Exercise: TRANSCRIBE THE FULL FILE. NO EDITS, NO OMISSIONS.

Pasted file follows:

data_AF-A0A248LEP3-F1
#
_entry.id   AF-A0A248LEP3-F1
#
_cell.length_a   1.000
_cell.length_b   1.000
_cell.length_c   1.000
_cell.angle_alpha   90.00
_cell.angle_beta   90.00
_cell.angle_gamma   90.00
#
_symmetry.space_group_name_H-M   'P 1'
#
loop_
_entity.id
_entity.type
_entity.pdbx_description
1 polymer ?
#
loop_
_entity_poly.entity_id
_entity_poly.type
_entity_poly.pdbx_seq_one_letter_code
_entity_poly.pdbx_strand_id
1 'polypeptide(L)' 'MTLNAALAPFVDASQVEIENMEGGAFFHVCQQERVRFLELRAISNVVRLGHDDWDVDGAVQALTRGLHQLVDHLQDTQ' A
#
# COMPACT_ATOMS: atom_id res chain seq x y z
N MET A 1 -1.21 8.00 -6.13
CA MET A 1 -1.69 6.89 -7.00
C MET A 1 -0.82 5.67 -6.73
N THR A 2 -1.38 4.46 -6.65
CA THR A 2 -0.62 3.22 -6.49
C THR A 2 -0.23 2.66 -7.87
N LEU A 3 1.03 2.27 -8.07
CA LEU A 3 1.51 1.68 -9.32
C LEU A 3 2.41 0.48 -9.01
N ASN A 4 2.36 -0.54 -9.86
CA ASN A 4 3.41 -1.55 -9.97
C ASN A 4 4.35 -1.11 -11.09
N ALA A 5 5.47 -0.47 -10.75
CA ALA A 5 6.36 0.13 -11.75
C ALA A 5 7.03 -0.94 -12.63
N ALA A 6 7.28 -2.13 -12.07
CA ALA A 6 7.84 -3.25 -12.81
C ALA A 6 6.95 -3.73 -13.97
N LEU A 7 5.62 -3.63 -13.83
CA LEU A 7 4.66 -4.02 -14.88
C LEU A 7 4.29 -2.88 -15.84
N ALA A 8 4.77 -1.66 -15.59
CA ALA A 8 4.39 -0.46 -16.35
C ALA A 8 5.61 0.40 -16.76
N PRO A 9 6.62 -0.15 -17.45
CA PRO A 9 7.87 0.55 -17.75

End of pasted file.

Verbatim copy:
data_AF-A0A248LEP3-F1
#
_entry.id   AF-A0A248LEP3-F1
#
_cell.length_a   1.000
_cell.length_b   1.000
_cell.length_c   1.000
_cell.angle_alpha   90.00
_cell.angle_beta   90.00
_cell.angle_gamma   90.00
#
_symmetry.space_group_name_H-M   'P 1'
#
loop_
_entity.id
_entity.type
_entity.pdbx_description
1 polymer ?
#
loop_
_entity_poly.entity_id
_entity_poly.type
_entity_poly.pdbx_seq_one_letter_code
_entity_poly.pdbx_strand_id
1 'polypeptide(L)' 'MTLNAALAPFVDASQVEIENMEGGAFFHVCQQERVRFLELRAISNVVRLGHDDWDVDGAVQALTRGLHQLVDHLQDTQ' A
#
# COMPACT_ATOMS: atom_id res chain seq x y z
N MET A 1 -1.21 8.00 -6.13
CA MET A 1 -1.69 6.89 -7.00
C MET A 1 -0.82 5.67 -6.73
N THR A 2 -1.38 4.46 -6.65
CA THR A 2 -0.62 3.22 -6.49
C THR A 2 -0.23 2.66 -7.87
N LEU A 3 1.03 2.27 -8.07
CA LEU A 3 1.51 1.68 -9.32
C LEU A 3 2.41 0.48 -9.01
N ASN A 4 2.36 -0.54 -9.86
CA ASN A 4 3.41 -1.55 -9.97
C ASN A 4 4.35 -1.11 -11.09
N ALA A 5 5.47 -0.47 -10.75
CA ALA A 5 6.36 0.13 -11.75
C ALA A 5 7.03 -0.94 -12.63
N ALA A 6 7.28 -2.13 -12.07
CA ALA A 6 7.84 -3.25 -12.81
C ALA A 6 6.95 -3.73 -13.97
N LEU A 7 5.62 -3.63 -13.83
CA LEU A 7 4.66 -4.02 -14.88
C LEU A 7 4.29 -2.88 -15.84
N ALA A 8 4.77 -1.66 -15.59
CA ALA A 8 4.39 -0.46 -16.35
C ALA A 8 5.61 0.40 -16.76
N PRO A 9 6.62 -0.15 -17.45
CA PRO A 9 7.87 0.55 -17.75